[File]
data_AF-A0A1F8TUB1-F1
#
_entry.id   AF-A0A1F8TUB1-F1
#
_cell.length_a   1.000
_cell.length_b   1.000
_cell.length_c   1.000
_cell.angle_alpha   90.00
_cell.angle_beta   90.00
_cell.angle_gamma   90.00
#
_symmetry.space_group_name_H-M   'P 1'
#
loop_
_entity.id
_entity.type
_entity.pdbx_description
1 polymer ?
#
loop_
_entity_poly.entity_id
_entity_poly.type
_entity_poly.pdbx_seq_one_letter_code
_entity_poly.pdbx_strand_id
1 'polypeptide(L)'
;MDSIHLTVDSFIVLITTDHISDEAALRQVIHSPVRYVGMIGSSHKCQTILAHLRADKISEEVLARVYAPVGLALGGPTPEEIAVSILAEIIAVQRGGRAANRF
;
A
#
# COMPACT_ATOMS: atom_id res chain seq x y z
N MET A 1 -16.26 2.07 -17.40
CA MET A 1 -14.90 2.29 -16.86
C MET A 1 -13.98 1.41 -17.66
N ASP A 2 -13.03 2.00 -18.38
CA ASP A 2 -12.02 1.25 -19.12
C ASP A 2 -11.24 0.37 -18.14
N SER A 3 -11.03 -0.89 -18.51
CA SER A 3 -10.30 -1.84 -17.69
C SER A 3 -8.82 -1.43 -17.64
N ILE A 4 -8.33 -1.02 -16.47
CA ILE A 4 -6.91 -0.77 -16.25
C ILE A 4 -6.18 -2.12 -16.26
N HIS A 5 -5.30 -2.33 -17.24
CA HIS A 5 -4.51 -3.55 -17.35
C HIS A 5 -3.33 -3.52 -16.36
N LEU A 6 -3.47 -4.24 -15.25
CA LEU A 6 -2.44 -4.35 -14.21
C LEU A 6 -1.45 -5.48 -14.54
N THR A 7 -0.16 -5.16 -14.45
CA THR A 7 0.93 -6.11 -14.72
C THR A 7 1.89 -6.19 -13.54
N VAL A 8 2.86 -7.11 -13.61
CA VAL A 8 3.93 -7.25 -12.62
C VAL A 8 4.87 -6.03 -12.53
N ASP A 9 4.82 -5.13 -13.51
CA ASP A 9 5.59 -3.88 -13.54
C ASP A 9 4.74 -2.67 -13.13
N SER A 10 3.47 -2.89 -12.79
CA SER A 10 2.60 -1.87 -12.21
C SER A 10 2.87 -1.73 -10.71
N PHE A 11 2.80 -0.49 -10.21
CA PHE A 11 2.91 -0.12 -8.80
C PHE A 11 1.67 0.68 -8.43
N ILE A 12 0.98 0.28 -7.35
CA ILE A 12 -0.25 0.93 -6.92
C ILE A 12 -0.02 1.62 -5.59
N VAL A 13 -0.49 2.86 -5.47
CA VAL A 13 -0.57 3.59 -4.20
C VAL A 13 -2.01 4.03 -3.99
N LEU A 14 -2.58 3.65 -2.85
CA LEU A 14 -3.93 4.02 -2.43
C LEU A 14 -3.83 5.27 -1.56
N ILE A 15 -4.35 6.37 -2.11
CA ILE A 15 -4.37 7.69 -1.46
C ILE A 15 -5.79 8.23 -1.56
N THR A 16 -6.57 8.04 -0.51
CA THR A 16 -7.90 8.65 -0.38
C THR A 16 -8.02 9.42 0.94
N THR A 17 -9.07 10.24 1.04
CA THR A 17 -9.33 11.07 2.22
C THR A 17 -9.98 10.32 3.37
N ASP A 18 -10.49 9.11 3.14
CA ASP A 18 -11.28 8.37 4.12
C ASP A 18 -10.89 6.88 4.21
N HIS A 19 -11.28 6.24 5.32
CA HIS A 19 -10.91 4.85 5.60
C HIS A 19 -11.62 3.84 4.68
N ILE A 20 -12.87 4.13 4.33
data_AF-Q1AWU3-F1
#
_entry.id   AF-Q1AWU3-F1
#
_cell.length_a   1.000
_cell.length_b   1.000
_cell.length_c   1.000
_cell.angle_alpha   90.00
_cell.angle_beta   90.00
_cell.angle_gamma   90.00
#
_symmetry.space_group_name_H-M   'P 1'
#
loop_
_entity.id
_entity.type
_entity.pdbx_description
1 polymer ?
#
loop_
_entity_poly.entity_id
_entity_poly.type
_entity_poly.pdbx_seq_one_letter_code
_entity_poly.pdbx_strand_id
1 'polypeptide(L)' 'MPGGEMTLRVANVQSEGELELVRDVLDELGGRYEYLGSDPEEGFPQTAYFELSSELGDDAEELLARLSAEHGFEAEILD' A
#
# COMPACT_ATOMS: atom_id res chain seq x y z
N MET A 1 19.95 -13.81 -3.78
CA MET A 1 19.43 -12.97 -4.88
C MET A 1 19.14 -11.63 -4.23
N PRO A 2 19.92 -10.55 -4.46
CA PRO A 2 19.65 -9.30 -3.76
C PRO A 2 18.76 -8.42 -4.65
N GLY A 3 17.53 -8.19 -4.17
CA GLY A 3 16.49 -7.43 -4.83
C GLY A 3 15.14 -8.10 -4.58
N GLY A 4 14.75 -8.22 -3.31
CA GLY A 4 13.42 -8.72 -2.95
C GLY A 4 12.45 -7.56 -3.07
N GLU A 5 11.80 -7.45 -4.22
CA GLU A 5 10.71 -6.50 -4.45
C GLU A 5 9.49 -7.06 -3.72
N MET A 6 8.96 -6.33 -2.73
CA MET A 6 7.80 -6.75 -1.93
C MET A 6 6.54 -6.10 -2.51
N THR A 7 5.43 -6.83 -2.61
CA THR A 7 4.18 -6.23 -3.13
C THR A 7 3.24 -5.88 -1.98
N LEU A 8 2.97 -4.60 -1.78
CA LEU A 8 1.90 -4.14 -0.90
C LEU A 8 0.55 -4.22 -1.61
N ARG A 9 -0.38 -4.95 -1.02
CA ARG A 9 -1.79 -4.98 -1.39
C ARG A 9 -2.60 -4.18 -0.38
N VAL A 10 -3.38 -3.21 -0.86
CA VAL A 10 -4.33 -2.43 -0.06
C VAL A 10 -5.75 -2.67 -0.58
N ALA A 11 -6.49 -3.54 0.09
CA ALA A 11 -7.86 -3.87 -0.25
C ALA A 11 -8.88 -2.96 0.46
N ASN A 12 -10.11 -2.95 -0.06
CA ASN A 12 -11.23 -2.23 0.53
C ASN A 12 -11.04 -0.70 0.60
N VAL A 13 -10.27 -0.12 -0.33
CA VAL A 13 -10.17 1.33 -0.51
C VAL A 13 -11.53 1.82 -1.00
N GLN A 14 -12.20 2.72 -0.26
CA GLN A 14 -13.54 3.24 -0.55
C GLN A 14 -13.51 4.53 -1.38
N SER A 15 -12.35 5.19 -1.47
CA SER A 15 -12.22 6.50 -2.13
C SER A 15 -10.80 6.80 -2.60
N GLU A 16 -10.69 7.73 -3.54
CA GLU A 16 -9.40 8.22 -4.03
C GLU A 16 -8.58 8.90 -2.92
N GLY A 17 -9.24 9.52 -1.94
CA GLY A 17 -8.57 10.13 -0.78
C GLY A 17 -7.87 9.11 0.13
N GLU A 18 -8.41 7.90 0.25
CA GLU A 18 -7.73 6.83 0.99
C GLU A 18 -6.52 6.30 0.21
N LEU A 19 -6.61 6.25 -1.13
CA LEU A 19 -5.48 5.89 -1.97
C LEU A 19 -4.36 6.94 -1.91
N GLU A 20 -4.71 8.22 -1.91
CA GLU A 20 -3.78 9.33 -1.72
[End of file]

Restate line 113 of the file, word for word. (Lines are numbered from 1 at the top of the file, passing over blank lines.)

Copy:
1 'polypeptide(L)' 'MPGGEMTLRVANVQSEGELELVRDVLDELGGRYEYLGSDPEEGFPQTAYFELSSELGDDAEELLARLSAEHGFEAEILD' A